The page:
ZKM_Events :: March 2005
Artists :: Visiting Information :: Views from the exhibition ::
Making Things Public.
Atmospheres of Democracy
Opening: Sat 03/19/2005, 7pm, ZKM_Entrance hall
ZKM_Museum for Contemporary Art
View video [90 sec.]
Curatorial managers: Bruno Latour and Peter Weibel
Curator of the web-based projects: Steve Dietz
The exhibition Making Things Public addresses the challenge of renewing politics by applying to it the spirit of art and science. This unusual exhibition builds on the Iconoclash exhibition (ZKM 2002), which dealt with the crisis of representation in art, whereas Making Things Public tackles the problem of representation in politics.
In this pioneering project over one hundred artists, scientists, sociologists, philosophers and historians re-explore the term 'politics'. At a time in which many people doubt and despair of politics it is crucial that they should not be fobbed off with standard political responses to contemporary problems but that the question of what actually constitutes politics should be raised anew.
It is perhaps worth pointing out that one of the most influential works on the philosophy of the politics, Leviathan (1651) by Thomas Hobbes, does not begin as a political treatise but with an outline of aesthetics: »Nature (the art whereby God hath made and governs the world) is by the art of man, as in many other things, so in this also imitated, that it can make an artificial animal.« Hobbes brings together the three forms of representation that are normally kept apart, i.e. science, representing nature and things; politics, representing people; and art, representing the coming together of people and things. This is precisely the approach we have adopted, too.
We have become accustomed to a concept of democracy in which the sole focus is on a kind of representation, i.e. the representation of the people or of the interests of people whose conflicts are resolved in parliament. So when we think of democracy we think automatically of a representative democracy. The new concept of the political presented here does not turn a blind eye to the representational strategies of art and science. On the contrary, it extends the previous techniques of political representation by adding art and science to them. Instead of searching for more democracy only in the realm of professional politics, we draw attention to the new atmospheric conditions of democracy, to a complex set of technologies, interfaces, platforms, networks and media that allow things to become public.
In other words, we go back to the things of nature, of people and of art that constitute the political and ask what these things actually are. We ask how things come about and are made public. What are public things, res publicae? A republic?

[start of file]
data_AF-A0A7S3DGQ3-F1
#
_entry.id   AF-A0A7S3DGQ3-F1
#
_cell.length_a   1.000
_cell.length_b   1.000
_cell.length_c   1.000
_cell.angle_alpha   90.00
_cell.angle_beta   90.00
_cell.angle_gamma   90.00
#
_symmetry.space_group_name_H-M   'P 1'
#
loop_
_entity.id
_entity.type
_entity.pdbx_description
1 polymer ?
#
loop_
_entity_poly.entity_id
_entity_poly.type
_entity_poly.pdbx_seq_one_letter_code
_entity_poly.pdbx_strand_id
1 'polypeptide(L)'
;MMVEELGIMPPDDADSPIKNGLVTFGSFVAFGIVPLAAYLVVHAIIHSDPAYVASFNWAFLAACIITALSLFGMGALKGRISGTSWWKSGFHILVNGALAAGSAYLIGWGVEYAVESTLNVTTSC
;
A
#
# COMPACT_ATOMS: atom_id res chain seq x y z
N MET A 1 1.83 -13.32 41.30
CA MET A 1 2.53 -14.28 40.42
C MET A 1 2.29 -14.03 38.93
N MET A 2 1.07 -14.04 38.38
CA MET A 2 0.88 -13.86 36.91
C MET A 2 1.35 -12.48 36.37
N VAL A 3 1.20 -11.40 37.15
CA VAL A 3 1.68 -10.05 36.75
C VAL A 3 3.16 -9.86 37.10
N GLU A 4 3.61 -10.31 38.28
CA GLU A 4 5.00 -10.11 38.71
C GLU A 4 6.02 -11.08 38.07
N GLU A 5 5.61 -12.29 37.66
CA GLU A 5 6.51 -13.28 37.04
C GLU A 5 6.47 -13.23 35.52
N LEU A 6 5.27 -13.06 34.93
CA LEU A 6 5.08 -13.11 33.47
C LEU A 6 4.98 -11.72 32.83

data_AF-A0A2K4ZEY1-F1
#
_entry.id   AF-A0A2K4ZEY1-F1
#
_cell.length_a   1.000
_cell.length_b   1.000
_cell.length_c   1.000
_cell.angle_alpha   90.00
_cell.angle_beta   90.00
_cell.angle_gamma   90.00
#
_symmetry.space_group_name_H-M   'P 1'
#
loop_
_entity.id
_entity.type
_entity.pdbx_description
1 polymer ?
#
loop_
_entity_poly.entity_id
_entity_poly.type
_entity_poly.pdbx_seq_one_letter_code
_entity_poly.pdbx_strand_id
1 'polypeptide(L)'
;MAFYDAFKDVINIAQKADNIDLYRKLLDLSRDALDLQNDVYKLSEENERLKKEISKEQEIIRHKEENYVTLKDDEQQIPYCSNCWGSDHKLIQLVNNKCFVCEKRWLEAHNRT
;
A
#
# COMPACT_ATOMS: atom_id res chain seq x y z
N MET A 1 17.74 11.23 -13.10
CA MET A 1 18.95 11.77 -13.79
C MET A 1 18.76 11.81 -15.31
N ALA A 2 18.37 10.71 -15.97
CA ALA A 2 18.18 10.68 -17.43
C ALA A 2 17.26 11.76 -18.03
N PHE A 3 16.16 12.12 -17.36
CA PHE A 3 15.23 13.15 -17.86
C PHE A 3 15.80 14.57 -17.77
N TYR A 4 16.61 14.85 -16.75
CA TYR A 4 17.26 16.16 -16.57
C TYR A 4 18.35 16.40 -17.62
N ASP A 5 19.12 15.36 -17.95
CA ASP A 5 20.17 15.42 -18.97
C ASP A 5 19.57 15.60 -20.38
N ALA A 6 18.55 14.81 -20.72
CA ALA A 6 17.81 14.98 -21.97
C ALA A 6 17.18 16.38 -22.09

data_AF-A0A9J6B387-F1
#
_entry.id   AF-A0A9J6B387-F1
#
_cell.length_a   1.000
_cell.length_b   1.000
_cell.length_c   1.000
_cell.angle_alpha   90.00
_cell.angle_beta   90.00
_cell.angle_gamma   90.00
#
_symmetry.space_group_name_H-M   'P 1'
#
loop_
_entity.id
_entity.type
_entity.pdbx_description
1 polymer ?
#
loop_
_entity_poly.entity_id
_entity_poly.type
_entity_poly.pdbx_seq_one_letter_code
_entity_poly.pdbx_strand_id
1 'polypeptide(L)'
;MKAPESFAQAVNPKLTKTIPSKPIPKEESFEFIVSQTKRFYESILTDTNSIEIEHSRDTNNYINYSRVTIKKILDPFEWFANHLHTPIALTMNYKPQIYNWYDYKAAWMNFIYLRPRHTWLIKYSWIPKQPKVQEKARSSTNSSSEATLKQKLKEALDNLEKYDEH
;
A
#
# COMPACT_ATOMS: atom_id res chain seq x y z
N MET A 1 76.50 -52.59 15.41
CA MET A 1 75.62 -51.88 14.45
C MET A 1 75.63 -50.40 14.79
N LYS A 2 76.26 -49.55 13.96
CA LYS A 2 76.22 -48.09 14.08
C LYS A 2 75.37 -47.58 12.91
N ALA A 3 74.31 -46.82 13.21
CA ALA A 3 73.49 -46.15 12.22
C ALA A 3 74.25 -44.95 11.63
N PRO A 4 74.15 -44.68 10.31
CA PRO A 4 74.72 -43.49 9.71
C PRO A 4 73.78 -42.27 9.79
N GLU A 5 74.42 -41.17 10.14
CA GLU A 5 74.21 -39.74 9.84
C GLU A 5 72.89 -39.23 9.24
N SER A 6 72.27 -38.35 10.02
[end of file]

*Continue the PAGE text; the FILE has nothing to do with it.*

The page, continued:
The exhibition is divided into 13 thematic areas. It begins with a section entitled No Politics Please and then moves on to examine the forms of assembly to be found in other cultures. The issue of collection, of bringing together, is crucial to The Puzzle of Composite Bodies and The Good and the Bad Government. In Assembly of Assemblies visitors can see that there are many other types of gatherings which are not political in the traditional sense but in which a public is formed around things such as science labs, technical projects, supermarkets, financial arenas and churches - The Market Place is a Parliament, Too. The same applies to disputed issues concerning natural resources such as rivers, landscapes, animals, temperature and air - The Parliaments of Nature. All these phenomena have led to a bewildering set of techniques of representation that have created the real political landscape in which we live, breathe and argue. They may be assemblages, but can they be turned into real assemblies?
The next section shows that Parliaments, Too, are Complex Technologies. Instead of saying that voting, talking, arguing and deciding are quaint pieces of machinery, the visitor begins to consider them with great respect because of their delicate set of fragile mediations. Instead of looking for democracy only in the official 'sphere' of professional politics, this section draws attention to the new conditions enabling things to be made public (No Mediation, No Representation). The next logical step is to imagine what representative assemblies could become if only they could benefit from all the techniques of mediation considered earlier. So visitors enter the last part of the exhibition, where they can imagine the future of politics by developing New Politic Passions.
Having left the exhibition, it will have become clear to visitors that the repertoire of attitudes and passions that are usually associated with taking a political stand is much too narrow. There are many other ways of reacting politically in other non-Western traditions, in the old political philosophies, in most contemporary science and technology, in the new web-based spaces and in the instruments of representation, of which parliaments are only a part. So why not try an 'object-oriented democracy' and 'get back to things'?
During their stay, visitors will have left many traces for the phantom public to be activated and it, in turn, will have left some traces on them. Without fully realizing it, they have become at once actors in, and the screen of, an invisible work of art that has tried to put flesh on the bones of the new body politic. Collectively exploring the unintended and unexpected consequences of our actions was the only way, in the words of the great American philosopher, John Dewey, »for the public to come into being«. This is precisely what we have tried to do with the visitors to this show: to reassemble them and make them part of a totally new thing.
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